The entire two-and-a-half-month migration process had no impact on users in their daily work because the changeover took place in stages, one system at a time and one location at a time, each taking just half an hour. Just a small number of infrastructure parameters had to be adjusted, such as firewall settings, IP address changes or establishing VPN connections. The servers also had direct access to the internet in the past, whereas the cloud solution routes access through secure proxy servers.
“Every project of this nature has challenges that need to be overcome,” explains Oliver Maisch, Head of IT International. “Nonetheless, what matters is that those responsible at Konica Minolta IT Solutions react quickly and find a good solution. And we've seen very positive results in this respect.”
VBH also gave thought to web and e-mail security over the course of the project. Where previously an in-house anti-spam and anti-virus appliance was used, VBH now relies on a cloud security service.
Spam protection, anti-virus controls and updates are now entirely operated by the security service provider. VBH incurs neither additional licence costs nor administration expenses – because security is just as much a part of the complete solution as storage-as-a-service and backups.
Thanks to the individual Managed Service packages provided by Konica Minolta IT Solutions, VBH is able to focus all of their attention on their core competences. Konica Minolta IT Solutions takes responsibility for continuously monitoring the systems and, thanks to their on-call services, they introduce appropriate measures to remedy faults and issues even outside of regular working hours. The modular structure allows
customers to decide on the extent to which different systems are monitored. In this context, the superb quality of service and uniform, standardised processes substantially facilitate routine tasks for VBH.
Our aim was to free up resources and lower the fixed costs of the infrastructure. That's something we've clearly achieved with the assistance of the IT infrastructure and managed service packages provided by Konica Minolta IT Solutions.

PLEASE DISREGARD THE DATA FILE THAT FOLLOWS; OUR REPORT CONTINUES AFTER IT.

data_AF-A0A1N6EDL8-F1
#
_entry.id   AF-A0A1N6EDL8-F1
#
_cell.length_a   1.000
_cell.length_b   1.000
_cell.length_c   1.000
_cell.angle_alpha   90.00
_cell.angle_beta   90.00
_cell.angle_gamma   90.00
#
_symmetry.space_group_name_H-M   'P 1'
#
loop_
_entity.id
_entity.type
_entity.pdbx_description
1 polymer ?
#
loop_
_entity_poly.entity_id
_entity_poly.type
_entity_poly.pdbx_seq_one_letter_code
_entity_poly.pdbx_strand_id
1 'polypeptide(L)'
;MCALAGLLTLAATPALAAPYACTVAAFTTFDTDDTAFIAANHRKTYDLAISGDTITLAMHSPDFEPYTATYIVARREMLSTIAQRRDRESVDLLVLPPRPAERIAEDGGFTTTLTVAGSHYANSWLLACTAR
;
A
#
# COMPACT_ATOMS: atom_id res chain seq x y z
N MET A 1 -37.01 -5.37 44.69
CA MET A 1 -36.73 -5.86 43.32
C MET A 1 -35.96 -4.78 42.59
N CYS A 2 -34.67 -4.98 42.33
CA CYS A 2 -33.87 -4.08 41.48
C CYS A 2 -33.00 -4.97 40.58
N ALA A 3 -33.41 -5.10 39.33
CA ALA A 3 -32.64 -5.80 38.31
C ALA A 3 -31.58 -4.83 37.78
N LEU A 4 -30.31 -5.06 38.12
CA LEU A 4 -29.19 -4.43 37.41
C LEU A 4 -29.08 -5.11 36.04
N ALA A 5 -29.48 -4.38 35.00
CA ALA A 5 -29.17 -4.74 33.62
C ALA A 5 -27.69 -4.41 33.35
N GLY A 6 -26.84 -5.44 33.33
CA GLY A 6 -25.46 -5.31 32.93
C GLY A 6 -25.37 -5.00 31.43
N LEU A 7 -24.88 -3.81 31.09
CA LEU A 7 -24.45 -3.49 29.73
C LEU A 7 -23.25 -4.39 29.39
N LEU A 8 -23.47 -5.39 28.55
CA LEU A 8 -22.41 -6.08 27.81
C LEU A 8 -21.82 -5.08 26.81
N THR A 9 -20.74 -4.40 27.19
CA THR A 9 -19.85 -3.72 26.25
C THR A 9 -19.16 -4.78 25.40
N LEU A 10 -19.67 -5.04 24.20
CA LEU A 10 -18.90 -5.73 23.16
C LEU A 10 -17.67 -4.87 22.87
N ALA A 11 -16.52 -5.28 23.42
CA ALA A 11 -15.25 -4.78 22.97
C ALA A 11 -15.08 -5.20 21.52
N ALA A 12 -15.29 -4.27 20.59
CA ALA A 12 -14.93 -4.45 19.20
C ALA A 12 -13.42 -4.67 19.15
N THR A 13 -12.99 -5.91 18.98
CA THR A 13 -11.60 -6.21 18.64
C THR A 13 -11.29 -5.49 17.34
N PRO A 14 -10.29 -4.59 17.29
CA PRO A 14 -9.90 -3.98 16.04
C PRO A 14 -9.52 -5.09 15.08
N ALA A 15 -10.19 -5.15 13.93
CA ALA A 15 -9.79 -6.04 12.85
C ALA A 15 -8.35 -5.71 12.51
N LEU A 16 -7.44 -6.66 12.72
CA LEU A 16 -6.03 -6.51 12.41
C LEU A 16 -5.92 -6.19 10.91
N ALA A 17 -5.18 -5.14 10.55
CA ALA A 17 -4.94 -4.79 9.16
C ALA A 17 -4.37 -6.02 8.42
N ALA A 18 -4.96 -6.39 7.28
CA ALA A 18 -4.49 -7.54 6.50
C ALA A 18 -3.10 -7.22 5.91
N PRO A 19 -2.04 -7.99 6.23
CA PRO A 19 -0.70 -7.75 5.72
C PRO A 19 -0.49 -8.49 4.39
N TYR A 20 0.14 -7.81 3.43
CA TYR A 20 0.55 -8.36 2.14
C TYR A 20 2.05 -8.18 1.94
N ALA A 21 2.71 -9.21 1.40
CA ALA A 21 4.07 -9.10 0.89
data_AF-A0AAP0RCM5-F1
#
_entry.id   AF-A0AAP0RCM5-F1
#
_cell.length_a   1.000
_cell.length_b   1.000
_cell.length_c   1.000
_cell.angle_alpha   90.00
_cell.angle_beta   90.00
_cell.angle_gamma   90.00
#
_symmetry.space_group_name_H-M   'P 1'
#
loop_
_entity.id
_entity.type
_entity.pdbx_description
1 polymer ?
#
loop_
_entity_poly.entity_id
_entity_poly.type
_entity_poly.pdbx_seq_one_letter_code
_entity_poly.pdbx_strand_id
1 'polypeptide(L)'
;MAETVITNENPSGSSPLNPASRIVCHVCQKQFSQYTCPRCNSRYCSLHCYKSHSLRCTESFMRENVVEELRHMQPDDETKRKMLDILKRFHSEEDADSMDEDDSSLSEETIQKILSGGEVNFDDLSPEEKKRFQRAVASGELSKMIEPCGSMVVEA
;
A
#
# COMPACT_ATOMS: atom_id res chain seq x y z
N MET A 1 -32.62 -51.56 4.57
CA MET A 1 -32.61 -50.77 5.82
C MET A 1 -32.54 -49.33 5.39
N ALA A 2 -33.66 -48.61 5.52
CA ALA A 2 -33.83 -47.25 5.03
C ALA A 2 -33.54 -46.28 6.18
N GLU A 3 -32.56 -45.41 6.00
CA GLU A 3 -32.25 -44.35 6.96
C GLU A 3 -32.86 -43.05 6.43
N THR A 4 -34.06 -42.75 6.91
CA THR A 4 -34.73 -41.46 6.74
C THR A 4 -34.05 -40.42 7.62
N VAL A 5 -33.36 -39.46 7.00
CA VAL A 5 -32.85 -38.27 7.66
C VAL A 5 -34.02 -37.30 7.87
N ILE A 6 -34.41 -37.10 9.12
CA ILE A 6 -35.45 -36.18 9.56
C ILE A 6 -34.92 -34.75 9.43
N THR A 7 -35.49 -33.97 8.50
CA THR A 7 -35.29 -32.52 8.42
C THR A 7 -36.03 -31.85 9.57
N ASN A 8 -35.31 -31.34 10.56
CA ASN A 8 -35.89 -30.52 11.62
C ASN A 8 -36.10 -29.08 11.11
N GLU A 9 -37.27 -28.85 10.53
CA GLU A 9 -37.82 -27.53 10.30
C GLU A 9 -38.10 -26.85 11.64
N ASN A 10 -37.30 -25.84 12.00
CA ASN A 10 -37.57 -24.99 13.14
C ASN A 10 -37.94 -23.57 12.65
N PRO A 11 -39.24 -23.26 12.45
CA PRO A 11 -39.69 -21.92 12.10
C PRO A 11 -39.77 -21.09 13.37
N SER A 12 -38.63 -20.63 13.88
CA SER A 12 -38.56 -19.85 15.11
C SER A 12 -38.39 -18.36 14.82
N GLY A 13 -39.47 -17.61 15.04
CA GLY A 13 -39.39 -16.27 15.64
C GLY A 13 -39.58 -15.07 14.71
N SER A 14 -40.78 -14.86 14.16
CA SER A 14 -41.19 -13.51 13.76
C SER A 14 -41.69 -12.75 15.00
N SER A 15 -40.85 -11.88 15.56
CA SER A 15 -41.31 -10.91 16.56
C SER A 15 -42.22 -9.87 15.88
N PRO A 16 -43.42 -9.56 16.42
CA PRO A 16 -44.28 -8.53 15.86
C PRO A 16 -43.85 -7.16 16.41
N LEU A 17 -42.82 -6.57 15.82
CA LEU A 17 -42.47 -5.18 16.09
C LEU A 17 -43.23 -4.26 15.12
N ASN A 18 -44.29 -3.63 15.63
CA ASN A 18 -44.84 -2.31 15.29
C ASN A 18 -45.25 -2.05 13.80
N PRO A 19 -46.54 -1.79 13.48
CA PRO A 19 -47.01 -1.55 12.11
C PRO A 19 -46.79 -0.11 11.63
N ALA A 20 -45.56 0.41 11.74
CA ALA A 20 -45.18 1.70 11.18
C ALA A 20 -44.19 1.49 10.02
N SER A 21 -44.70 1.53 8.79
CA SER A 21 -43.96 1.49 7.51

To date, around 1,000 staff work with the cloud services at the VBH Group's locations around the world. The last national subsidiaries are currently being migrated. This will double the number of users to around 2,000. The regular training that would have been necessary for IT staff in order to create the new systems and link them to the existing infrastructure would have caused the time costs to balloon out of all proportion. Thanks to the cloud, the expansion of the IT services at these locations nevertheless proved possible without great expense. “In addition,” argues Oliver Maisch, “hardware administration is not our core competence – the operational processes behind it are.”
After more than two years of live operation, Oliver Maisch is very happy with the company's trusting collaboration with the service providers: “To successfully implement an IaaS project of this size, the partners and the chemistry between the responsible people in particular have to be just right. Moreover, our experience has shown that the better the advance planning, the easier the later implementation of such plans.” Maisch also recommends a step-by-step approach: “It's better to migrate systems or companies in succession and carry out thorough testing, instead of aiming to do everything all at once.”